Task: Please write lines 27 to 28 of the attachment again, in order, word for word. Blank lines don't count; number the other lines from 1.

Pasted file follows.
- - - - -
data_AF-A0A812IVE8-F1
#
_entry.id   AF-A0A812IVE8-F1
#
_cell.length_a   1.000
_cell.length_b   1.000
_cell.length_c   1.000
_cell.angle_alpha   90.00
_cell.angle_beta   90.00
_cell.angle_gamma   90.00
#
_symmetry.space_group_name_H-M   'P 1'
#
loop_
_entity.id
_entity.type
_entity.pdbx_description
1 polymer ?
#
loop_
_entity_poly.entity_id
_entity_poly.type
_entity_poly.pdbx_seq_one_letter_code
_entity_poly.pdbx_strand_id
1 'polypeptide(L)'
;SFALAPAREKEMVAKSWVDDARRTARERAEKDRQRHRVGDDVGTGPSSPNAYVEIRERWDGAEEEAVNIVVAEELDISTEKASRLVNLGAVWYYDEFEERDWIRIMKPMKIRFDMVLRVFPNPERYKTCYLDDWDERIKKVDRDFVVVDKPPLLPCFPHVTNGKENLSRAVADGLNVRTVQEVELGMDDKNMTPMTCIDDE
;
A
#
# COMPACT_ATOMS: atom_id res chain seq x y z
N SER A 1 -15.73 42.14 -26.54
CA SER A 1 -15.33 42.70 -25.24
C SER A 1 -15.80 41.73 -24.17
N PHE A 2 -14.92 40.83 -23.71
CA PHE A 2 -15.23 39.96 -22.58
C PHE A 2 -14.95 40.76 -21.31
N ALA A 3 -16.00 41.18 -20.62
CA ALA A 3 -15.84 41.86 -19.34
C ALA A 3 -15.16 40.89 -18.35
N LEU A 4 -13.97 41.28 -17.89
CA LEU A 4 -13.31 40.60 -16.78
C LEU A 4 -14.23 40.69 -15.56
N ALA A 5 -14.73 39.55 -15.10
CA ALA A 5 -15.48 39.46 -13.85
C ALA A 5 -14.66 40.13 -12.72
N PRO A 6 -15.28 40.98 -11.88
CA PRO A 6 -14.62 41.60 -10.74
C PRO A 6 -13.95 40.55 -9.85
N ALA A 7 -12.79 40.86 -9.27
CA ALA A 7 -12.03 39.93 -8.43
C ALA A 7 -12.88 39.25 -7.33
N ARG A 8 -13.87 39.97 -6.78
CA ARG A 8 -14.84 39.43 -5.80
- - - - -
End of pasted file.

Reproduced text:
;
A